What's Next? Flying Cars!
Posted by: Communications Team | May 19, 2019
We’ve been reporting on the status of driverless cars for over 3 years. Now there is yet another method for moving around our world that is coming in the next two to three years.
As our roads get more crowded and driving from one spot to another takes increasingly more time, inventors and technical gurus are looking at the skies for more travel space.
Some of us of a certain age can remember the Jetsons and their flying car. After decades of promises, it looks like flying cars are finally becoming real. A Dutch-made mash-up of automobile and helicopter, called a PAL-V, made a splashy debut at the Geneva Auto Show.
Mark Jennings Bates, the North American representative for PAL-V, says his company has about 70 orders globally so far. "So, 2020, our first clients will get their aircraft." And the Pal-V could be coming to America the year after that.
Here are the PAL-V facts
- It takes just minutes to change from car to plane.
- The cost: $400,000 to $600,000.
- Owners need training in a gyrocopter, and a license to fly.
- The cars will need runways, albeit very short runways – about 300 feet long to get airborne.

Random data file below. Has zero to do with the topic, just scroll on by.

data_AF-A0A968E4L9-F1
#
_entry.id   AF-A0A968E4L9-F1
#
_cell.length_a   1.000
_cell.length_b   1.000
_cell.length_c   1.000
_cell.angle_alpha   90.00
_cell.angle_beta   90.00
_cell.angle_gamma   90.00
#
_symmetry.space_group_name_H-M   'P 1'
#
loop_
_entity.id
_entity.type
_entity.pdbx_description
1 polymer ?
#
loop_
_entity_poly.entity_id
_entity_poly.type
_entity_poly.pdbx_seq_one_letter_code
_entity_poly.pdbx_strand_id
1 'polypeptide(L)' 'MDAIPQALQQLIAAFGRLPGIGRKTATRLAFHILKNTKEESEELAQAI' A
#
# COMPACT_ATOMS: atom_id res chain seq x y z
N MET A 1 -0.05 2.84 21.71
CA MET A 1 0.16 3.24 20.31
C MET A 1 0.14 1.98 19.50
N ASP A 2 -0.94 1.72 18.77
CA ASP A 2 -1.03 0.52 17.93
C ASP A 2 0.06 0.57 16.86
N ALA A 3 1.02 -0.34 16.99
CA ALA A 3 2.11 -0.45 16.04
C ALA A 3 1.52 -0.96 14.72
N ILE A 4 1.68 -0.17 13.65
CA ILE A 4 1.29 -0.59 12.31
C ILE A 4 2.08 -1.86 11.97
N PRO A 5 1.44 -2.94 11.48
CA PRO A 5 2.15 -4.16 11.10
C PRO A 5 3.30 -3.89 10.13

Leaders in the Fray
But some of the biggest aerospace companies are developing flying vehicles that need no runway – and no driver. Boeing has test-flown one and so has Airbus.
Bell Helicopters' air taxi is called the Nexus, designed to take off and land in the middle of a city. Michael Thacker helped design it to circumvent city traffic:
Thacker says the Nexus could be flying by 2025. Rotors lift it off the ground vertically like a helicopter, and then tilt, to fly horizontally like a plane. When it's time to land, the blades tilt back, and the Nexus settles to the ground.
Of course, before anyone gets on board, all these flying taxis need space, like helipads, to take off and land. And developers on the ground have started paying attention to developments in the air. An ultra-luxurious condo building under construction in Miami advertises that its rooftop is ready to accept flying cars.
The FAA still must figure out how to regulate (and separate) all this new air traffic. Developers are planning on existing satellite-based technology to be sophisticated enough to keep flying taxis and flying cars from flying into each other.
While flying cars capture the imagination, flying around like the Jetsons is a lot to take in. Could flying driverless cars be next?
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Sources: CBS News, Boeing, Bell Flight, Auto Gyro USA